Smith's Criminal Case Compendium

Smith's Criminal Case Compendium


This compendium includes significant criminal cases by the U.S. Supreme Court & N.C. appellate courts, Nov. 2008 – Present. Selected 4th Circuit cases also are included.

Jessica Smith prepared case summaries Nov. 2008-June 4, 2019; later summaries are prepared by other School staff.


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E.g., 07/24/2024
E.g., 07/24/2024

The court affirmed a conviction for second-degree sexual offense in a case where the defendant surprised a Target shopper by putting his hand up her skirt and penetrating her vagina. The court rejected the defendant’s argument that because his action surprised the victim, he did not act by force and against her will. 

(1) In a second-degree rape and sexual offense case, the evidence sufficiently established use of force. The victim repeatedly declined the defendant’s advances and told him to stop and that she didn’t want to engage in sexual acts. The defendant pushed her to the ground. When he was on top of her she tried to push him away. (2) Because evidence of vaginal penetration was clear and positive, the trial court did not err by failing to instruct the jury on attempted rape.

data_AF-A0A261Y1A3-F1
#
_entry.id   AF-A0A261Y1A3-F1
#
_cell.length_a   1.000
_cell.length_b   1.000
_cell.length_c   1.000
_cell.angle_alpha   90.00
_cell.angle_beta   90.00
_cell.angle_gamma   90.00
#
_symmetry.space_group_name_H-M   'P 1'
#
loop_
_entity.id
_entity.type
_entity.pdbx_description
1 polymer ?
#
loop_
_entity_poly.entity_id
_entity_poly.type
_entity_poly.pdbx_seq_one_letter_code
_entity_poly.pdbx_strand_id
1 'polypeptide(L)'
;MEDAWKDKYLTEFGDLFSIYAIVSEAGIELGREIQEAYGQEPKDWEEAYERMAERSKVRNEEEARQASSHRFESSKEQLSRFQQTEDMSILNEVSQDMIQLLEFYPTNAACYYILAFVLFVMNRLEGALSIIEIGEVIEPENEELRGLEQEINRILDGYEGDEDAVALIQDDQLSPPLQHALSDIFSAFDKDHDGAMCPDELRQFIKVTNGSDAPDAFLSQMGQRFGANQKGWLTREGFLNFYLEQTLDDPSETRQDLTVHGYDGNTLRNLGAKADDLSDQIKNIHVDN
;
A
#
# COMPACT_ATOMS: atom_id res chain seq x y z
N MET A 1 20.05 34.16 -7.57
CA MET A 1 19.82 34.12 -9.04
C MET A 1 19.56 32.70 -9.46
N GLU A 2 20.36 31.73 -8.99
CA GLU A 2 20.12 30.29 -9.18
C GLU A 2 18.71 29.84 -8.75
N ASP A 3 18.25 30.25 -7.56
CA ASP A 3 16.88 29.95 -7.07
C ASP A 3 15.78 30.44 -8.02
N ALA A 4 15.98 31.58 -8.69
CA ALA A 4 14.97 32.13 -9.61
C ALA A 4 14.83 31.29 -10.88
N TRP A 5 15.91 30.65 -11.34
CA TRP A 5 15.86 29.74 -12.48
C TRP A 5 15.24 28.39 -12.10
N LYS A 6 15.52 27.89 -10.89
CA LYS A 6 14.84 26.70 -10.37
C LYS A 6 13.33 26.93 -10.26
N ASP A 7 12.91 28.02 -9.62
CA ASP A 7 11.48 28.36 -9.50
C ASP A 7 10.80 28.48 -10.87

In Re T.W., 221 N.C. App. 193 (June 5, 2012)

Because there was no evidence of threat of force or special relationship there was insufficient evidence of constructive force to support second-degree sexual offense charges. The State had argued that constructive force was shown by (a) the fact that the juvenile threatened the minor victims with exposing their innermost secrets and their participation with him in sexual activities, and (2) the power differential between the juvenile and the victims. Rejecting this argument, the court concluded: for “the concept of constructive force to apply, the threats resulting in fear, fright, or coercion must be threats of physical harm.” Acknowledging that constructive force also can be inferred from a special relationship, such as parent and child, the court concluded that the relationships in the case at hand did not rise to that level. In this case the juvenile was a similar age to the victims and their relationship was one of leader and follower in school.

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